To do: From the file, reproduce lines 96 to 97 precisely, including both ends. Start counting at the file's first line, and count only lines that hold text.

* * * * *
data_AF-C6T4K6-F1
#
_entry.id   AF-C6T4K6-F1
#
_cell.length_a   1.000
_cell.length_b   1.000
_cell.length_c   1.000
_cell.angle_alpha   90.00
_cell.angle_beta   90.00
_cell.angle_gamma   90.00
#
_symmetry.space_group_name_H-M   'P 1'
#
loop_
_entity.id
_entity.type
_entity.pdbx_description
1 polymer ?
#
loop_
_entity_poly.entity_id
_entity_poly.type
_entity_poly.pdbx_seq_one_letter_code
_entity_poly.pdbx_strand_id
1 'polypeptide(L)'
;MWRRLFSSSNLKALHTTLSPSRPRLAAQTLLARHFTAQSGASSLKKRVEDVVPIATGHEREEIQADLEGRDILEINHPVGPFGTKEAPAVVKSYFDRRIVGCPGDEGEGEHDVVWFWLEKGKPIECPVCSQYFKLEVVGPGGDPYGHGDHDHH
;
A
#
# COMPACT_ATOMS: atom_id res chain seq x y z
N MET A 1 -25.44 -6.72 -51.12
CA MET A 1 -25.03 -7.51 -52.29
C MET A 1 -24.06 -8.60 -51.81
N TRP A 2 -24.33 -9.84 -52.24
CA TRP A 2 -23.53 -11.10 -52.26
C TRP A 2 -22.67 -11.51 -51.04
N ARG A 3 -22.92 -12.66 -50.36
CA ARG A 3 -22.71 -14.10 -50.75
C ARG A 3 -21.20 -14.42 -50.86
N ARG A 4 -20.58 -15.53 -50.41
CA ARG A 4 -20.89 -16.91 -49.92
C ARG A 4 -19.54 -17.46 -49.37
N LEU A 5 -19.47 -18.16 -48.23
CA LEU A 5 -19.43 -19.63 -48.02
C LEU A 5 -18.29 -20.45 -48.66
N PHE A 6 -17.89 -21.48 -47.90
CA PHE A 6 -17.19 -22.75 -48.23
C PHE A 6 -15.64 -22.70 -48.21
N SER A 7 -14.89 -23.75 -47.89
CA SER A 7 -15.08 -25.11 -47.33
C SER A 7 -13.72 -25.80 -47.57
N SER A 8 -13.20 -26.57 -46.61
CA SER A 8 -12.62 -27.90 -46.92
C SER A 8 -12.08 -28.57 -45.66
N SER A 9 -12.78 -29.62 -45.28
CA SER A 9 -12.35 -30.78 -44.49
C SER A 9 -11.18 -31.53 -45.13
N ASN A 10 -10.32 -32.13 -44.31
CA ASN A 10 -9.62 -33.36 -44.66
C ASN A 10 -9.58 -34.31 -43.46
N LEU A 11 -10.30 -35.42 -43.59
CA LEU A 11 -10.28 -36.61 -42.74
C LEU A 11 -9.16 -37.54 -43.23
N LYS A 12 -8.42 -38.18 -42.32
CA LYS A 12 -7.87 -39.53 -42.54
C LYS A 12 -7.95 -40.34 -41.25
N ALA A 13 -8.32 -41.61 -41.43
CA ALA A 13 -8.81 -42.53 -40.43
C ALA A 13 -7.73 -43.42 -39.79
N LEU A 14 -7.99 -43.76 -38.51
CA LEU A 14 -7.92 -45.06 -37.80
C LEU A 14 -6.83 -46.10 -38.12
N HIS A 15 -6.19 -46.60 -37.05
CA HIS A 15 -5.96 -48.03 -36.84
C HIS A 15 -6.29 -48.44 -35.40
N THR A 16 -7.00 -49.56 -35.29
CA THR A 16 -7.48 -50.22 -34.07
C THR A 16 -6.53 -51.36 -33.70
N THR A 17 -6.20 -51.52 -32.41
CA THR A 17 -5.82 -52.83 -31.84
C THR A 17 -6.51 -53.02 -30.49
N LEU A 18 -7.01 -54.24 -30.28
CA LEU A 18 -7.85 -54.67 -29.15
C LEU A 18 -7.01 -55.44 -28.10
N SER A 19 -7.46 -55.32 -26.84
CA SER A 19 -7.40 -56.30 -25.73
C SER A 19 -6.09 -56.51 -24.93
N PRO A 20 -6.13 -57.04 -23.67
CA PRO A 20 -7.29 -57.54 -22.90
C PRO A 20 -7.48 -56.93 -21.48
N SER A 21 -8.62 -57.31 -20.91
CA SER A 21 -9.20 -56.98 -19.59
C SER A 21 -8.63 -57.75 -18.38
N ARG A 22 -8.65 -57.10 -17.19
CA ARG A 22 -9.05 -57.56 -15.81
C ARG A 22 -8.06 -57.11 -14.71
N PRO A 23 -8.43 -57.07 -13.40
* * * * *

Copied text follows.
C ARG A 22 -8.06 -57.11 -14.71
N PRO A 23 -8.43 -57.07 -13.40